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Drugs used in asthma
 

Drugs used in asthma

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    Drugs used in asthma Drugs used in asthma Presentation Transcript

    • Drugs Used In Asthma By M.H.Farjoo M.D. , Ph.D.Shahid Beheshti University of Medical Science
    • Drugs Used In Asthma Introduction Classification Sympathomimetic Agents (beta agonists) Methylxanthines Antimuscarinic Agents Corticosteroids Cromolyn & nedocromil Leukotriene Pathway Inhibitors Anti-IgE Antibodies Treatment strategy Acute Asthma Drug delivery devices Drug Pictures
    • Introduction Asthma is characterized by:  Increased responsiveness of the bronchi  Contraction of airway smooth muscle  Mucosal thickening The most easily  Viscid plugs of mucusreversed pathology
    • The pathophysiology of asthma is complex, with participation of severalinflammatory cells, resulting in inflammatory effects on the airway.
    • Many cells and mediators are involved in asthma andlead to several effects on the airways.
    • Classification Asthma may be treated by different drugs. Drugs that reduce the amount of IgE bound to mast cells Anti-IgE antibody Prevent mast cell degranulation Block the action of the products released Cromolyn, Nedocromil Inhibit acetylcholine released from vagus nerve Antihistamines & Muscarinic antagonists antagonists Leukotriene Relax smooth muscle Sympathomimetics, Methylxanthines
    • Sympathomimetic Agents Along with corticosteroids, are the most widely used drugs for asthma. They relax smooth muscle and inhibit release of bronchoconstricting substances from mast cells. They also inhibit microvascular leakage, increase ciliary activity and increase cAMP. They cause tachycardia and tremor as side effects.
    • Sympathomimetic Agents (Cont’d) Adrenoceptor agonists are best delivered by inhalation for greatest effect and least systemic toxicity. Even in best conditions, 80-90% of the aerosol is deposited in the mouth or pharynx. Effectiveness can be increased by holding the breath in inspiration. Side effects include tremor and nervousness.
    • Sympathomimetic Agents (Cont’d) Short acting β2 selective drugs:  Albuterol (salbutamol)  Terbutaline  Metaproterenol  Pirbuterol Bronchodilation is maximal within 15-30 min. and persists for 3-4 hr. All can be diluted in saline for administration from a nebulizer.
    • Sympathomimetic Agents (Cont’d) Long-acting β2 selective agonists:  Salmeterol  Formoterol Their duration of action is ≥12 hr. They are usually used with other drugs (eg: inhaled corticosteroids)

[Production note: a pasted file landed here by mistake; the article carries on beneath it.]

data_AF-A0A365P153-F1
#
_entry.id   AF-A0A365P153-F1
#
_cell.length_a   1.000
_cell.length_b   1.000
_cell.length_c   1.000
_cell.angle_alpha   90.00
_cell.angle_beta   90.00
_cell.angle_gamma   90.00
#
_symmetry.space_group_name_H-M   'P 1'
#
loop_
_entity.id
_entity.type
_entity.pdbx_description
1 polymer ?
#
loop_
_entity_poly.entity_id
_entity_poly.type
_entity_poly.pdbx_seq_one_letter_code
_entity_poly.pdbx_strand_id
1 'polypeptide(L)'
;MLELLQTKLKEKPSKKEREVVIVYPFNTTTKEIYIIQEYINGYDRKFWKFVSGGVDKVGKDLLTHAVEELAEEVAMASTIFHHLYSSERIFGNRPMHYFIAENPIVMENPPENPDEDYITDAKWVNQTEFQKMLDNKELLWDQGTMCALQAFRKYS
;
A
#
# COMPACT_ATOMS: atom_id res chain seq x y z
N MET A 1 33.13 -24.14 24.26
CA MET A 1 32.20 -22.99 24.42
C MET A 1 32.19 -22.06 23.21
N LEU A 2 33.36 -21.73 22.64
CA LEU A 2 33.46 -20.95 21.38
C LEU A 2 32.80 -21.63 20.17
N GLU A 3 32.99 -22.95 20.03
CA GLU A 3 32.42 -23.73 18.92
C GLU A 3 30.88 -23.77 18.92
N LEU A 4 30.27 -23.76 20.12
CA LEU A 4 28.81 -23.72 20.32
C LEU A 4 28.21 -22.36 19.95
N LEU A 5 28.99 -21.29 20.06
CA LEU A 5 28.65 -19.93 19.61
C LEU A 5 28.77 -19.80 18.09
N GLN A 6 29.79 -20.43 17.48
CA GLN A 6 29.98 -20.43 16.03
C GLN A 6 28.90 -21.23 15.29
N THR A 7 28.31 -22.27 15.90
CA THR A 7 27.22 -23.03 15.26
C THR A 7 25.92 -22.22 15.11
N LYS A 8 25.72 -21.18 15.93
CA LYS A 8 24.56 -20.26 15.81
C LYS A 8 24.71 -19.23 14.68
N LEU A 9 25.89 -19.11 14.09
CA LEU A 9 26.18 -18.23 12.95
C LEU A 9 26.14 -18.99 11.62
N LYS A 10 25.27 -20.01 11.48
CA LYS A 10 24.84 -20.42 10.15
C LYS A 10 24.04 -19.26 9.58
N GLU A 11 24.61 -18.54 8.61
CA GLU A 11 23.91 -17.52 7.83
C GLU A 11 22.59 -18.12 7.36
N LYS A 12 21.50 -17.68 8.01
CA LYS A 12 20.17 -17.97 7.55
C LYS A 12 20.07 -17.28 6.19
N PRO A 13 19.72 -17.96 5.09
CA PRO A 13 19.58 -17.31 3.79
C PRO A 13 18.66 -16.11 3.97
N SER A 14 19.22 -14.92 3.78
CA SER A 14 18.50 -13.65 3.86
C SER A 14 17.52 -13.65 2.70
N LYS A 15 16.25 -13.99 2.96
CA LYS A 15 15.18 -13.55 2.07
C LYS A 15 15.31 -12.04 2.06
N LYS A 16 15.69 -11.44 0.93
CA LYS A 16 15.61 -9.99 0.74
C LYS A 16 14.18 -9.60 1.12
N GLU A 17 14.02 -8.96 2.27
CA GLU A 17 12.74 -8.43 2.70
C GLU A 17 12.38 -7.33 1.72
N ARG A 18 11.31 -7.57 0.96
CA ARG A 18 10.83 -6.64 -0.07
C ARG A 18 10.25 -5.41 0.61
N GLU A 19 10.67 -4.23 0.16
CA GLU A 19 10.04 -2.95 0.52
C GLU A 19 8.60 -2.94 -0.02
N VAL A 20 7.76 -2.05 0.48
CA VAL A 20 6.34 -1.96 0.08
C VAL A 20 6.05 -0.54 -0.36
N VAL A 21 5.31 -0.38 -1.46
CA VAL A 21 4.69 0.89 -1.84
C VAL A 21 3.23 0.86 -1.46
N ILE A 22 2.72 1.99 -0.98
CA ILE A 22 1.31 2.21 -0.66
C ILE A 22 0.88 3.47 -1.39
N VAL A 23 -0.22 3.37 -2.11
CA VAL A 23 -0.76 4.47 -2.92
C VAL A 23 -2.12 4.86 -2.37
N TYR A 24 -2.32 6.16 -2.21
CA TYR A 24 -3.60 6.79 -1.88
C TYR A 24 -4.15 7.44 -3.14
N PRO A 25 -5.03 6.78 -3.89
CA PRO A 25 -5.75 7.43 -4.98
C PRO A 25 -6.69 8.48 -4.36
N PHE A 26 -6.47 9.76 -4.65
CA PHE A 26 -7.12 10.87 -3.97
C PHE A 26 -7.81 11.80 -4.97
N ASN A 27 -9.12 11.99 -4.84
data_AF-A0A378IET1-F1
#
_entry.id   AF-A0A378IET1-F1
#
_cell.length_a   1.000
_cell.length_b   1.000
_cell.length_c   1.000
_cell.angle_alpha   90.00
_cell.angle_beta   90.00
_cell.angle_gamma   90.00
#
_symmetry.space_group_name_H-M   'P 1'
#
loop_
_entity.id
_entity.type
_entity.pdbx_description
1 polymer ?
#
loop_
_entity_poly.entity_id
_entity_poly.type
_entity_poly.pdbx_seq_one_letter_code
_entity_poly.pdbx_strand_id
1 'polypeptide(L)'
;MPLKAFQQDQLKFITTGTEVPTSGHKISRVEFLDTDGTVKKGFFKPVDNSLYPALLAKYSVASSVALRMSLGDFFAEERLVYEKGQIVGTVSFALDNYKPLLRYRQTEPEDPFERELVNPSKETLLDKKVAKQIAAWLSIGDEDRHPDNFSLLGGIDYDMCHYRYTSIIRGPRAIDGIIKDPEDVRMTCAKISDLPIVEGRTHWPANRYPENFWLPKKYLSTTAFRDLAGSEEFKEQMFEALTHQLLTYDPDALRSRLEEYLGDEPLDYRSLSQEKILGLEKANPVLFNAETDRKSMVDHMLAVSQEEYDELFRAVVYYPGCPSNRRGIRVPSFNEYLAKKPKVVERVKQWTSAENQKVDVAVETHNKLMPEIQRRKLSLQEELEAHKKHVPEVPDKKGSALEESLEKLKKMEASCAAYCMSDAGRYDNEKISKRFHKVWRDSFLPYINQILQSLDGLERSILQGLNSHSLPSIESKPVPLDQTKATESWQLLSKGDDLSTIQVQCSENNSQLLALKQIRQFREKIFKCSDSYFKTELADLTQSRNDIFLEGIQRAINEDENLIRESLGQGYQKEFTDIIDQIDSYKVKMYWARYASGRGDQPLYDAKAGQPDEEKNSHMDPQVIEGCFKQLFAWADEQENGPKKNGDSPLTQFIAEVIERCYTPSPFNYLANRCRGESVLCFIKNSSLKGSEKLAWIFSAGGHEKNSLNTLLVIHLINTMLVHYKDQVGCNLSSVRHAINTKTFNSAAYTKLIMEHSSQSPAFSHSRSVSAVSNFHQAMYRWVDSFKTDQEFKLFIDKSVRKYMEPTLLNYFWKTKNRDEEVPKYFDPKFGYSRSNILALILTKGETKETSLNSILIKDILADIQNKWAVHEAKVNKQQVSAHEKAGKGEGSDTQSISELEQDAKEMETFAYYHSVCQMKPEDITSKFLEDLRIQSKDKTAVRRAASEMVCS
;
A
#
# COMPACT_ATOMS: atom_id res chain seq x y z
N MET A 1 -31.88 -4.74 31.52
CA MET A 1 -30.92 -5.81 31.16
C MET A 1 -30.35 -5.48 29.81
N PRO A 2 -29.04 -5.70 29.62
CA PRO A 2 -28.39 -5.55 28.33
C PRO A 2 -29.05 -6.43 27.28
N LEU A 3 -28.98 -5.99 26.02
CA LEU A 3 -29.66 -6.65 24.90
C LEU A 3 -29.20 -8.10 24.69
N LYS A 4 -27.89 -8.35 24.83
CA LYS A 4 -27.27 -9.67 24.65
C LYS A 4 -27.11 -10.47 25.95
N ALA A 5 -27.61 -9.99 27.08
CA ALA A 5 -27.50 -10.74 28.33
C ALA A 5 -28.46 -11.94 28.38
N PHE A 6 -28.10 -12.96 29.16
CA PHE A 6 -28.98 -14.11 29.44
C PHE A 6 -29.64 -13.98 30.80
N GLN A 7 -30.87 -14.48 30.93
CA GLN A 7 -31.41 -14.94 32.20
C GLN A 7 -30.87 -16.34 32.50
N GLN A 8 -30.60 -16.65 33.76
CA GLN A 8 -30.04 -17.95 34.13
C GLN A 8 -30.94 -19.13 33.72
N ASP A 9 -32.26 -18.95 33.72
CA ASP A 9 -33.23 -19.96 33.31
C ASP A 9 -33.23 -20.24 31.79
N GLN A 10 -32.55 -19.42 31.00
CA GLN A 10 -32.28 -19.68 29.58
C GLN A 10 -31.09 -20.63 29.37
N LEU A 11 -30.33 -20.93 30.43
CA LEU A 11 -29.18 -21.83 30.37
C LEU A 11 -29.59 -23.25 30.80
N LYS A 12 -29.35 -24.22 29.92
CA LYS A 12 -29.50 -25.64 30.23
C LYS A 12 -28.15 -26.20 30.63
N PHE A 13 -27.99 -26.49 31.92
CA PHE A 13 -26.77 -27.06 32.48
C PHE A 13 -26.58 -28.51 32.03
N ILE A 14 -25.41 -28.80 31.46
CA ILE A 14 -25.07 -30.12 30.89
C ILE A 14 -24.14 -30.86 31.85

• Methylxanthines Methylxanthines:  Theophylline (tea)  Theobromine (cocoa)  Caffeine (coffee) Theophylline is most selective in its smooth muscle effects. Caffeine has the most marked CNS effects.
    • Methylxanthines Theophylline is not an ideal drug, but has a low cost. Aminophylline is an injectable derivative of theophylline. They Inhibit phosphodiesterase (PDE) and increase cAMP. Adenosine causes airway contraction and histamine release. Theophylline derivatives also nay inhibit adenosine receptors.
    • Methylxanthines (Cont’d) Theophylline also improves contractility and reverses fatigue of the diaphragm in patients with COPD. So theophylline can diminish dyspnea even in patients with irreversible airflow obstruction. Rate of metabolism: Children > adults > neonates and young infants Cigarette smoking induces metabolizing enzymes.
    • Methylxanthines (Cont’d) Theophylline has a narrow therapeutic window. Improvement in lung function is seen at 5-20 mg/L. Vomiting, abdominal discomfort, headache, and anxiety occur at 15 mg/L in some, and at >20 mg/L in all patients. Higher levels (> 40 mg/L) causes seizures or arrhythmias. These may NOT be preceded by GI or neurologic warning symptoms.
    • Methylxanthines (Cont’d) Methylxanthines stimulate secretion of both gastric acid and digestive enzymes. Even decaffeinated coffee has a potent stimulant effect on GI secretion. Methylxanthines decrease blood viscosity and may improve blood flow. For this reason pentoxifylline is used in the treatment of intermittent claudication.
    • Methylxanthines (Cont’d) Caffeine causes mild arousal with increased alertness and deferral of fatigue. Very high doses cause convulsions and even death. Caffeine has positive chronotropic and inotropic effects on the heart. In very sensitive individuals, consumption of a few cups of coffee may result in arrhythmias.
    • Caffeine Amount In Drinks Amount (gram) Caffeine (mg)CoffeeBrewed, regular 142–227 40–180Instant 142–227 30–120Espresso 57 120TeaBrewed, leaf or bag 227 80Instant 227 50Iced 340 70Soft DrinksPepsi, Diet Pepsi 340 38
    • Antimuscarinic Agents Involvement of parasympathetic system in respiratory diseases varies among individuals. Antimuscarinic agents are used:  Instead of inhaled β-agonists in asthmatics  In addition to inhaled β-agonists in asthmatics  In COPD patients Ipratropium is a polar drug used for asthma. Tiotropium is used for COPD.
    • M.H.Farjoo
    • Corticosteroids Their most important action is inhibition of airway mucosal inflammation. Inhalational therapy minimizes their adverse effects. Inhalational drugs include:  Beclomethasone  Budesonide  Fluticasone  Triamcinolone
    • Pharmacokinetics of inhaled corticosteroids